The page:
By Pat Foster-Turley
Bucko and I finally made it to Crystal River, long heralded as a great place to see manatees and the only place in Florida where you can pay to swim with them off a boat. I know a number of people who have gone there just to do this, and almost everyone reports a wonderful experience, up close and personal. We had no intention of boarding a boat to swim with them but we did want to watch the process.
For us, long-term Florida residents and biologists, it was appalling. Admittedly we are not the typical Florida residents. Fifty years ago we worked at Miami Seaquarium, where I was, among other things, the caretaker of Romeo and Juliet, two manatees in a small tank where they could not dive or even swim upright in the position required for breeding. I did the best I could do to make them happy, including scratching their backs with a brush, talking to them, and keeping them company but the tank was upsettingly small. They liked cut up apples as a treat, a fact that an early morning gardener secretly showed me. Amazingly, using bits of apples, he trained them both to rise out of the surface to give him “kisses.” I loved those manatees and hated their captivity in an unsuitable tank.
Amazingly Romeo and Juliet are still alive! Both are more than 60 years old and were put in captivity “pre-act” before the Marine Mammal Protection Act was passed in 1972 and no laws specifically related to them. They had eventually been moved to a bigger tank, but, according to wildlife activists they were still held in unfavorable conditions, exposed to sun and, in Romeo’s case, social isolation to prevent any possible breeding with Juliet, who swam in another tank with a young female manatee companion. But their fortunes changed. In early Dec. 2023 they were finally moved to Zoo Tampa, where they are said to be adjusting well and socializing, at last, with others of their kind in the large manatee facility there.
Bucko and I have seen wild manatees many times here in Florida. As most people know, manatees head for the constant temperature freshwater springs when the sea gets too cold and you can reliably count on seeing them in a number of Florida State Parks during the winter months. A full list of good places to see manatees is provided by the Florida Fish and Wildlife Commission. It is always fun to watch these giant mammals from a distance, noting their interactions with one another, their feeding behavior and their gentle demeanor. And, if you are lucky they might even approach you in your designated swimming area.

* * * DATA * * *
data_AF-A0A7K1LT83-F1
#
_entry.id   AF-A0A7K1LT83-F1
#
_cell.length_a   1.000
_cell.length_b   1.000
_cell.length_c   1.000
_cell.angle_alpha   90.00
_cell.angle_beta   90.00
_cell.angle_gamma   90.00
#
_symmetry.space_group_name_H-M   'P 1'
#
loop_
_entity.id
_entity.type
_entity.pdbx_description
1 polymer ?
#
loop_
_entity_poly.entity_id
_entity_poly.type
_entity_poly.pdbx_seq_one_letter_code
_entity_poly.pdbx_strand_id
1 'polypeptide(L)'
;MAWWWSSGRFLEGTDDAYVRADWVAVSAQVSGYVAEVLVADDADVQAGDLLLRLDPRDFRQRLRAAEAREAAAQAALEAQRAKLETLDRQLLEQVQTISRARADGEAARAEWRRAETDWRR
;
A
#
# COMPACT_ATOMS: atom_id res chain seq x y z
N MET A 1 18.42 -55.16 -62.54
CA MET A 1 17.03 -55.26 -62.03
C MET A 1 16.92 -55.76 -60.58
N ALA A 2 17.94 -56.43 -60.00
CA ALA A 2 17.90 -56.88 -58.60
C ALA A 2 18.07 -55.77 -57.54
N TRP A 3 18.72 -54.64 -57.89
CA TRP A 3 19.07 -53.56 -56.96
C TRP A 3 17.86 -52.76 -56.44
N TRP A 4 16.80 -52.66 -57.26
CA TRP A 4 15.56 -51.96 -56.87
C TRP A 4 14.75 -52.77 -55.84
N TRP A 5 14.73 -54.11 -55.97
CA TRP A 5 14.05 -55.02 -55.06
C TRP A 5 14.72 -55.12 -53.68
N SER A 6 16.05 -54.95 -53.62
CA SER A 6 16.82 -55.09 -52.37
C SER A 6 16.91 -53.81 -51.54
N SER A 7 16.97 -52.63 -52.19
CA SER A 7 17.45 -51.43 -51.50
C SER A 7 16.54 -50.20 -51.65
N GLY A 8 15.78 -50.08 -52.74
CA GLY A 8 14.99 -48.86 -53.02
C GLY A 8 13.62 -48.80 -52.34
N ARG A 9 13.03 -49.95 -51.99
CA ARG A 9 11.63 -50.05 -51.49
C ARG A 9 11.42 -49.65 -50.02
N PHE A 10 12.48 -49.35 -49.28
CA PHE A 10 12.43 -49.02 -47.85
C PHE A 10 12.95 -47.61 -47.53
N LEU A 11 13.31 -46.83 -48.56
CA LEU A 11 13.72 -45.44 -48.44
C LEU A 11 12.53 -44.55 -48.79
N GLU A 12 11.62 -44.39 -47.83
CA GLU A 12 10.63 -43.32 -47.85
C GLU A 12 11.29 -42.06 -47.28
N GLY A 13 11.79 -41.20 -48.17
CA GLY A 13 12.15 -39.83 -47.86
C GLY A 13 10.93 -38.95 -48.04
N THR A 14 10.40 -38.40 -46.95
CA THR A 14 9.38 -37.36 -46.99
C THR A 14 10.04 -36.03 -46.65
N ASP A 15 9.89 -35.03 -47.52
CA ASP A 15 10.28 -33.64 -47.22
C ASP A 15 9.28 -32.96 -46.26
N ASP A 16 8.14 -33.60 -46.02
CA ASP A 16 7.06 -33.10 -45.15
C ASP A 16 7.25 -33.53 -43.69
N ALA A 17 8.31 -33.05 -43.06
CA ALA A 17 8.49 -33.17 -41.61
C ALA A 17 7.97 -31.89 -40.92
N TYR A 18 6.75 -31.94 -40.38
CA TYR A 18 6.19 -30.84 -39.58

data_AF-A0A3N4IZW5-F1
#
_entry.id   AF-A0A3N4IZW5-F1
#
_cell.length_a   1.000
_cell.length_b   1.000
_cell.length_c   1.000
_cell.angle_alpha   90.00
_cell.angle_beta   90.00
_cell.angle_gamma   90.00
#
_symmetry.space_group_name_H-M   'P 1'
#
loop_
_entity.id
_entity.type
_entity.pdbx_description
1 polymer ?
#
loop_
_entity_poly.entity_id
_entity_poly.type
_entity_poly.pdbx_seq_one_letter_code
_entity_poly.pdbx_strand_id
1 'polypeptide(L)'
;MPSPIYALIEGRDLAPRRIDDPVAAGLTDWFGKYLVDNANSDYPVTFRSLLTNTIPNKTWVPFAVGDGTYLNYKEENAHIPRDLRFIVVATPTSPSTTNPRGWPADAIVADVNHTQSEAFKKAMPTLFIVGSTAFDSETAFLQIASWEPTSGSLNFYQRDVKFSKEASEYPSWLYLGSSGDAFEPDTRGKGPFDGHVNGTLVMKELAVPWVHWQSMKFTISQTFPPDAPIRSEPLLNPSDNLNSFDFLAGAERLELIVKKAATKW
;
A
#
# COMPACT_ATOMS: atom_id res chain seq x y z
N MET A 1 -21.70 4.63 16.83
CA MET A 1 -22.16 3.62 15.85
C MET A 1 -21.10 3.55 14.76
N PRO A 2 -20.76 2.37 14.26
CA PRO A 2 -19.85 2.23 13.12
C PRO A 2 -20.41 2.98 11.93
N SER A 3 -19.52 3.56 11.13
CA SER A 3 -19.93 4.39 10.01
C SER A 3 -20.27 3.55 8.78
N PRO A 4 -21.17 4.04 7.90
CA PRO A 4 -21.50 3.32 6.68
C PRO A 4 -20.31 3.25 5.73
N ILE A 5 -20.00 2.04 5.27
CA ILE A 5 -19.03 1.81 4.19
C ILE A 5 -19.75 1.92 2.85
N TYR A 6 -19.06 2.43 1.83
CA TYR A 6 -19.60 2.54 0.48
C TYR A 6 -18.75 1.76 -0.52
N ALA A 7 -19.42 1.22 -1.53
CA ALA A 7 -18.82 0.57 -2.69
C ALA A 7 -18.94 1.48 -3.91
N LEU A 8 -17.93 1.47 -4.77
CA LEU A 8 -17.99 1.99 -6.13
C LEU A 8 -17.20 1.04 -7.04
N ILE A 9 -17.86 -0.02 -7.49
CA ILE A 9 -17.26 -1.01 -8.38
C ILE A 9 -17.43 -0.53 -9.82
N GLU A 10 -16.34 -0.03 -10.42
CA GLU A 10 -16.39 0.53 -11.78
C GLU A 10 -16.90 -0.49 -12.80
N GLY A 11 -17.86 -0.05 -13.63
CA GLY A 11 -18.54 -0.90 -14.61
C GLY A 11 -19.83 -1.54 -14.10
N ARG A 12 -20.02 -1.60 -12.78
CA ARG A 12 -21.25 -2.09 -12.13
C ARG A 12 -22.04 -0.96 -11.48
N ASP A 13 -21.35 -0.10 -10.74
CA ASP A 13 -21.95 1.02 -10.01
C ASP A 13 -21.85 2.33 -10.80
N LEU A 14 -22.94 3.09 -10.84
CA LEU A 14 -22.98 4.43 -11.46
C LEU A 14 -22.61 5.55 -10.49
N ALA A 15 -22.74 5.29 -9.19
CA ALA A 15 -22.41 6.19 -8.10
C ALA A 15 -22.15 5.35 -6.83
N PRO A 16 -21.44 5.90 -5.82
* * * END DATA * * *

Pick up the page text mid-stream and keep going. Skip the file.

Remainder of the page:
But, wow, Crystal River/Kings Bay in western Florida is an entirely different experience. Although “safe areas” are roped off to allow manatees a place to peacefully rest, most of the freshwater spring-fed Kings Bay is a tourist mecca. “Swim with the Manatee” programs are abundant. On a recent visit there Bucko and I watched scores of wet-suited tourists on tour boats entering the water when a manatee is spotted, then hovering on pool noodles above them. Every now and then a manatee would surface to breathe, sometimes nudging against the floater above, proving the thrill of a lifetime for the people but for the manatees not so much I think.
The rules for being around manatees are stressed to all participants. You cannot try to chase, touch, or harass them in any way. But with all the people in the water, sometimes they seem to approach people themselves. How can they not when groups of people are hovering in the water above them throughout most of Kings Bay? The scene was circus-like and nothing like the peaceful quiet of watching manatees in many other natural springs in Florida. Maybe the manatees were not disturbed by all the fuss, but Bucko and I were. To us the whole scene was disturbing, and another example of the end to the “Old Florida” we knew and loved.
If you want to see manatees, or even swim with them like these people did, you can find many opportunities with a quick Google search. For you, too, swimming with them might be the experience of a lifetime, so I don’t advise against it. But for Bucko and me, the chance to encounter of a wild manatee in a peaceful Florida spring is much more fulfilling. If you do intend to see manatees in a spring this winter, check out the relevant websites in the FWC brochure linked above and get there early to beat the hordes of people that will undoubtedly be there too.
Pat Foster-Turley, Ph.D., is a zoologist on Amelia Island. She welcomes your nature questions and observations. [email protected]